Google’s Area 120 Launches Keen, An Experimental Pinterest Rival
Timing really is everything.
On the face of it, a Google social network makes sense. It already knows a lot about us and our connections, plus it has YouTube.
And yet, Google+ never really stood a chance. It gave Facebook a head start in what turned out to be a winner-takes-all market.
Google has made only tentative forays back into this field after the highly-publicised failure of Google+.
Social media has changed since then, however. TikTok is booming, Snapchat continues to innovate, and Pinterest is making steady strides with visual search.
In short, there is room for more than just Facebook in social media’s second act.
Still, the same challenge remains for the world’s biggest search engine.
If anything, it grows steeper with every new app that captures the public’s imagination and shapes their collective behaviour patterns.
See, people don’t create content for Google.
Sure, companies create web pages with the aim of driving traffic to that content via Google.
But they don’t create content campaigns for the sole purpose of consumption in the Google search results.
Google is the invisible hand that curates and displays snippets of articles for us. In fact, it will now pay news publishers for the right to do so, in an acknowledgement that it has no ownership rights over the content that populates its platform.
That means Google loses out on valuable audience attention.
Brands do create specific content for each social network.
Which brings us to another challenge.
See, people don’t hang out on Google. Google does its job best, like a football referee, when you barely notice it’s there.
The role of distant, omniscient narrator is no longer de rigueur.
Nowadays, platform businesses are getting involved in the action. Amazon makes its own products; Twitter censors blatant lies; Airbnb creates content.
The hands-off approach leaves too much to chance.
No doubt, Google still owns a lot of the pieces required to attract more engagement. The prize on offer is so significant that it will keep trying.
Facebook rakes in over $70 billion a year from ads and the new TikTok for Business platform will surely take off quickly.
YouTube remains a very strong performer for Google and has room for growth still. That would be compounded if Google could tie together its ecosystem with increased interaction from its all-powerful search engine.
It just can’t crack the social media formula.
YouTube Shorts is just one of many, unimaginative attempts to get in on the short-form action.
Another Facebook rival, à la Google+, is not on the cards. Instead, Google will trial light-touch apps that utilise its core strengths to tap into today’s zeitgeist, under the radar.
All of which helps to explain the furtive launch of Keen, from Alphabet’s Area 120 unit.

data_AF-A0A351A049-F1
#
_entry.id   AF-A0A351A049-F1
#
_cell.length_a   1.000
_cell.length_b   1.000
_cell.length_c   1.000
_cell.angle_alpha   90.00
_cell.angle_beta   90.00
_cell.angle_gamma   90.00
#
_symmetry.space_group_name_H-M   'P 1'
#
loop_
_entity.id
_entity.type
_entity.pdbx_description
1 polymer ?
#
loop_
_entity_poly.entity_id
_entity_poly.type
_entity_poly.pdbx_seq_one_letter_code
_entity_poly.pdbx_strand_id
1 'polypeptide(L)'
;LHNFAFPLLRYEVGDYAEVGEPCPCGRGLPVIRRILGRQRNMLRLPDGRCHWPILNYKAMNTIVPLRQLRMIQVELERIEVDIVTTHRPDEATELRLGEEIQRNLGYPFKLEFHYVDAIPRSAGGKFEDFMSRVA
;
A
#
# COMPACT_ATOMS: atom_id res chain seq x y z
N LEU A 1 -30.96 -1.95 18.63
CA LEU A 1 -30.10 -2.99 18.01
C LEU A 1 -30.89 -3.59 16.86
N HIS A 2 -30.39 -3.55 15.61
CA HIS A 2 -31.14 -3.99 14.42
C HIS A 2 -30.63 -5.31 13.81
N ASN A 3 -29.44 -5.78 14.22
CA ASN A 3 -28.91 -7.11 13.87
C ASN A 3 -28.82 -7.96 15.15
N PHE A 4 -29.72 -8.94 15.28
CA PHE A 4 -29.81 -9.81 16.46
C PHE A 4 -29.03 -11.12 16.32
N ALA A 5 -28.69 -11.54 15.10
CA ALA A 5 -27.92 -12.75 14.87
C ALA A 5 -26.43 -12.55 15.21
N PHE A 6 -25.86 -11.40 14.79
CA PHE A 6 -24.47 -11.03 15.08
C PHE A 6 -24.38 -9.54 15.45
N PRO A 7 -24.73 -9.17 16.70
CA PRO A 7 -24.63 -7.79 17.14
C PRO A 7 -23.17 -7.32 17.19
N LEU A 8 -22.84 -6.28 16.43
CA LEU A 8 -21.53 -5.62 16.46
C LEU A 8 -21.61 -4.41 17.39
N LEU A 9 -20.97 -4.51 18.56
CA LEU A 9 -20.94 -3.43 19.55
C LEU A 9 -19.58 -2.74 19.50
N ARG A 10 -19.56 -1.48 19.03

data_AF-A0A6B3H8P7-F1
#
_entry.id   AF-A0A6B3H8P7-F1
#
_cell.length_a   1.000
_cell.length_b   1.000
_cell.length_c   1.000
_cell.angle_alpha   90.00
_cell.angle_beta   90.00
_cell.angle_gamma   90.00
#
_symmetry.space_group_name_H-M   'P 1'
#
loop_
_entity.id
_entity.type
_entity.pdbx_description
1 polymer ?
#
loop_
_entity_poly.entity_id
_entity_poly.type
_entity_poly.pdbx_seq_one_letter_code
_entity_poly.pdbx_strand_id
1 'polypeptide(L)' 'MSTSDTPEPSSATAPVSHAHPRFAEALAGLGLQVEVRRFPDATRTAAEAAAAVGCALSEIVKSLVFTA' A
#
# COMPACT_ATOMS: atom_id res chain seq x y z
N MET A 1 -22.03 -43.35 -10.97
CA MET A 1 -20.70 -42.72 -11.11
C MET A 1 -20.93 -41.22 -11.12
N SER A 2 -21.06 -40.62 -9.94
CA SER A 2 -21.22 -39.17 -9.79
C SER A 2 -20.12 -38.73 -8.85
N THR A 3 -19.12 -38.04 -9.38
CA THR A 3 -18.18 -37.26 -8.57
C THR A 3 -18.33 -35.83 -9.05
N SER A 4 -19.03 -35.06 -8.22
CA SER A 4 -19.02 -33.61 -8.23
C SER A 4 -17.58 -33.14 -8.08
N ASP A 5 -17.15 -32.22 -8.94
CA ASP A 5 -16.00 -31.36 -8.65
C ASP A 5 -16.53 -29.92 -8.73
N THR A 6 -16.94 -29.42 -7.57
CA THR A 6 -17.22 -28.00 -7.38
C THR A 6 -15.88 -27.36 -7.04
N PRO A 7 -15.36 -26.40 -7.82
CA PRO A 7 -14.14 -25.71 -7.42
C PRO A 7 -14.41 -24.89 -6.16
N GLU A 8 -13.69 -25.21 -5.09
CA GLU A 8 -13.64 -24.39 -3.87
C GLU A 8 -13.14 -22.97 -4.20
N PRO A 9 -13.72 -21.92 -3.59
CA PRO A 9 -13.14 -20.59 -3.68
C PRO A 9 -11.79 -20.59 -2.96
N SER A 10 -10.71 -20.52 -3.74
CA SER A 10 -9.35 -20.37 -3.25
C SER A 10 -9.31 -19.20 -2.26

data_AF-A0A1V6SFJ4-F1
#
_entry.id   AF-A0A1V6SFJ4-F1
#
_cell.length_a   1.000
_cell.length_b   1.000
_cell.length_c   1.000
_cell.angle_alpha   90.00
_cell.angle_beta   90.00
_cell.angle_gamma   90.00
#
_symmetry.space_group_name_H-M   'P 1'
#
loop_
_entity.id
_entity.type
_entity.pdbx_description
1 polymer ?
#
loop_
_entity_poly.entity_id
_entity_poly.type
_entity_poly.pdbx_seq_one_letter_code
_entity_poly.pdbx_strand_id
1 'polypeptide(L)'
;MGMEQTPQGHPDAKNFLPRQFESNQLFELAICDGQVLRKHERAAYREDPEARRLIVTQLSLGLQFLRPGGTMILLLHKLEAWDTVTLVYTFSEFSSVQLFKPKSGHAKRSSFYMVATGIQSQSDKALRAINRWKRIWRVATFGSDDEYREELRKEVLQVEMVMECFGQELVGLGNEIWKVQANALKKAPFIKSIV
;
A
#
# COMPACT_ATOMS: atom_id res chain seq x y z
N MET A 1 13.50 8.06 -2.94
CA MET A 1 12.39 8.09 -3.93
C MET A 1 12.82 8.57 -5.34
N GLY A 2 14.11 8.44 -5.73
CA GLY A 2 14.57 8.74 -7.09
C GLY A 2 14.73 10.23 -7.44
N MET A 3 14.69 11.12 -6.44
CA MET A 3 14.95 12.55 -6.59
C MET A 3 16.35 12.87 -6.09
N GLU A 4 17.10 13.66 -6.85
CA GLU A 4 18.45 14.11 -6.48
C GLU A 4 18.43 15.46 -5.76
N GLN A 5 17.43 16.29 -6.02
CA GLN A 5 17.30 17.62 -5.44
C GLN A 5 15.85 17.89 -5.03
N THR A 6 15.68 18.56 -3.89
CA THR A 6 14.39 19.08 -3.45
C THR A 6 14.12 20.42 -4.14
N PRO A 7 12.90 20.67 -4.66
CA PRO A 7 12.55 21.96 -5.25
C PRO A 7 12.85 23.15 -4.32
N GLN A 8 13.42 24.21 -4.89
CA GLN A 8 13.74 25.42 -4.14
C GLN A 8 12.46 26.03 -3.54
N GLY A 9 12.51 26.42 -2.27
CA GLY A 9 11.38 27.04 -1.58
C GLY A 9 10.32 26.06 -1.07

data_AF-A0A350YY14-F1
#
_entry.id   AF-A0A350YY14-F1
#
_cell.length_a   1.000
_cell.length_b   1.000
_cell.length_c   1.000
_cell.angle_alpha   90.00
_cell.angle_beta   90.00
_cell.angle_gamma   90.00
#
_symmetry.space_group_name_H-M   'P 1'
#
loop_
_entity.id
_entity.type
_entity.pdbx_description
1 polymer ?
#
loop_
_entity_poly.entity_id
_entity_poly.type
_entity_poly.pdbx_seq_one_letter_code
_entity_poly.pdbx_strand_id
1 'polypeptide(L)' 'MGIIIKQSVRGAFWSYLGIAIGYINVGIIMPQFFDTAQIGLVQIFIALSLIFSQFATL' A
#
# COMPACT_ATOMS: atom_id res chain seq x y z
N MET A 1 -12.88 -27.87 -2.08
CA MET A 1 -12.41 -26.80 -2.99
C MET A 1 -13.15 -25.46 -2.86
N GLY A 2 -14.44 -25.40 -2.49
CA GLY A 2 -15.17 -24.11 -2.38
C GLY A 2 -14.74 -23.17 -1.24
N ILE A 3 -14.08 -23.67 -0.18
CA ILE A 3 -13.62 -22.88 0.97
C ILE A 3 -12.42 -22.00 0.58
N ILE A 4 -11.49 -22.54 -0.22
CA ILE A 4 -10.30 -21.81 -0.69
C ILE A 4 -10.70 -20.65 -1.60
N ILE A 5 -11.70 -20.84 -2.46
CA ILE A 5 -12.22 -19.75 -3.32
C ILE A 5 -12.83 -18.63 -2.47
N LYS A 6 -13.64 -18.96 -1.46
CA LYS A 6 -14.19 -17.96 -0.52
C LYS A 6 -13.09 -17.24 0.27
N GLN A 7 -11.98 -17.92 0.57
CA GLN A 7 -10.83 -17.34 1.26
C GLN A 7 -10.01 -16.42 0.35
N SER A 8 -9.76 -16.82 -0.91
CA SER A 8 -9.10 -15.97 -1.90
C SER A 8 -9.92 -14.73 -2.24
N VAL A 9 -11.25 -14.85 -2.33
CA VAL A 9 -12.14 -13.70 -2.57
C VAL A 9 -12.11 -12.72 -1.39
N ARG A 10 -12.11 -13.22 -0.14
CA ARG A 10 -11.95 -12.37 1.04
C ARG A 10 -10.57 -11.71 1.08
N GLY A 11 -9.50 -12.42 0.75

The idea behind Keen is that it’s a place to explore your hobbies and projects. Yes, like Pinterest.
It’s available on browser here and on the Google Play store on Android devices.
To get started, the user specifies an interest on what Google is calling a ‘Keen’. Then, they set a few search queries that will run automatically and populate the ‘Explore’ tab.
These are my suggestions when I set up a Keen for smart cities:
The suggested keywords offer a handy glimpse of how Google interprets the relationship between concepts.
I have the feeling it will also help Google understand what people are really looking for, beyond the traditional, direct search queries we tend to enter when we want to find a product. This is data it misses out on through its lack of a social network.
Keen then runs these queries (you can set a frequency for this) and pulls in new results to your ‘Explore’ tab.
If the user likes the result, they can hit the little ‘Gem’ button and it will be saved to their Keen.
Once you have set up a few Keens, the homepage looks like this:
Most of mine are pretty hi, tech. heavy, but I did sneak in a Keen about my new dog conundrum.
I only have one board on Pinterest and it’s about new dog ideas, so I thought this would make a handy comparison point. It’s what a scientist would do.
You can make the Keen public or private, plus you can invite people to join over Gmail:
These are the first results I received once I set up my dog idea search queries:
The first one is about breeding, but the others look good.
Thing is, if you click on the pictures they lead to external sites.
You could also just Google ‘dog ideas’ and get similar results. The benefit with Keen is that it blends multiple queries together into a topic for you instead.
Let’s see the Pinterest results, for direct comparison:
Magic! Look at those faces.
The ‘Pins’ are native to the platform, so you can view them without going to another website. You can go to the site if you like, but most of the interaction happens on Pinterest.
Another option on Keen is to interact with boards other users have put together.
You can browse all manner of hobbies, from cocktail making to carpentry, and you can leave a comment if you so desire.
All in all, Keen is avowedly experimental and this makes it all the more interesting. It is far from a full, polished Pinterest rival and it seems unlikely that Google will want to invest heavily in a standalone social media app again.
Keen does, however, show us that Google is trialling new ways to use its search engine and machine learning technology.
The lessons learned here will surely feed into the main search experience. That’s where we will see a longer-term impact from this experiment.